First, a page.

[pov-er-tee] /ˈpɒv ər ti/
the state or condition of having little or no money, goods, or means of support; condition of being poor.
Synonyms: privation, neediness, destitution, indigence, pauperism, penury.
Antonyms: riches, wealth, plenty.
deficiency of necessary or desirable ingredients, qualities, etc.:
poverty of the soil.
Synonyms: thinness, poorness, insufficiency.
Their efforts to stamp out disease were hampered by a poverty of medical supplies.
Synonyms: meagerness, inadequacy, sparseness, shortage, paucity, dearth.
Antonyms: abundance, surfeit, sufficiency, bounty, glut.
the condition of being without adequate food, money, etc
scarcity or dearth: a poverty of wit
a lack of elements conducive to fertility in land or soil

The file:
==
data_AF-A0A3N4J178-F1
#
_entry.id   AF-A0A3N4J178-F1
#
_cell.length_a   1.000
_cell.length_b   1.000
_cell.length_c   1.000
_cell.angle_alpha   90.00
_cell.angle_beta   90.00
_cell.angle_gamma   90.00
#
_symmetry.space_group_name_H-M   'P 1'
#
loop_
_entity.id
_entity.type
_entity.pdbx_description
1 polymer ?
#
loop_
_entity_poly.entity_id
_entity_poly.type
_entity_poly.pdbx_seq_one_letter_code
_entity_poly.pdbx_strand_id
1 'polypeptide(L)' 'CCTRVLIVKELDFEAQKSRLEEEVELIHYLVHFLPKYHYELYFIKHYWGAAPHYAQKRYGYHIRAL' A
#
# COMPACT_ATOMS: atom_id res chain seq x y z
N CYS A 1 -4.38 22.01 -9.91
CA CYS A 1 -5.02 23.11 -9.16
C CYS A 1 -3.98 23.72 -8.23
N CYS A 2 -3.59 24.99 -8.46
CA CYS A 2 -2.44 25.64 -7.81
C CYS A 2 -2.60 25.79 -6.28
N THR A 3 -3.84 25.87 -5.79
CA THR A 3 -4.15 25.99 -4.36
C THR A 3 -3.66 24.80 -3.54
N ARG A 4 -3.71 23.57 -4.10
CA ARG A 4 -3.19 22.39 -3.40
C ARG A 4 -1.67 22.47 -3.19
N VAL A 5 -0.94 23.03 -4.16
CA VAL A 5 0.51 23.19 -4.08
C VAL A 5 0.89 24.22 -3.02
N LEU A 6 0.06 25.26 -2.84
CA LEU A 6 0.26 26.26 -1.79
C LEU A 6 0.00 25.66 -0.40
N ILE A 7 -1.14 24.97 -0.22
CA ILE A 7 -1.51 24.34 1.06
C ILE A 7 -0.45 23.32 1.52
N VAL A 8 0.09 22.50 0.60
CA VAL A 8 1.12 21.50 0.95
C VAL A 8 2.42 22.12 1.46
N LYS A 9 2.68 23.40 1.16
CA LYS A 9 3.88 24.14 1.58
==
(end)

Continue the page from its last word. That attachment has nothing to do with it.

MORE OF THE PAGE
late 12c., from Old French poverte “poverty, misery, wretched condition” (Modern French pauvreté), from Latin paupertatem (nominative paupertas) “poverty,” from pauper “poor” (see poor (adj.)).
Seeing so much poverty everywhere makes me think that God is not rich. He gives the appearance of it, but I suspect some financial difficulties. [Victor Hugo, “Les Misérables,” 1862]
Poverty line attested from 1901; poverty trap from 1966; poverty-stricken from 1803.
Movies. 1. point of view: used especially in describing a method of shooting a scene or film that expresses the attitude of the director or writer toward the material or of a character in a scene. 1. point of view 2. privately owned vehicle
[pou-tee] /ˈpaʊ ti/ adjective, poutier, poutiest. 1. inclined to , or marked by : a sullen, pouty child; a pouty face. adj. 1833, from pout + -y (2). Related: Poutiness.
/puːˈtiːn/ noun 1. (Canadian) a dish of chipped potatoes topped with curd cheese and a tomato-based sauce
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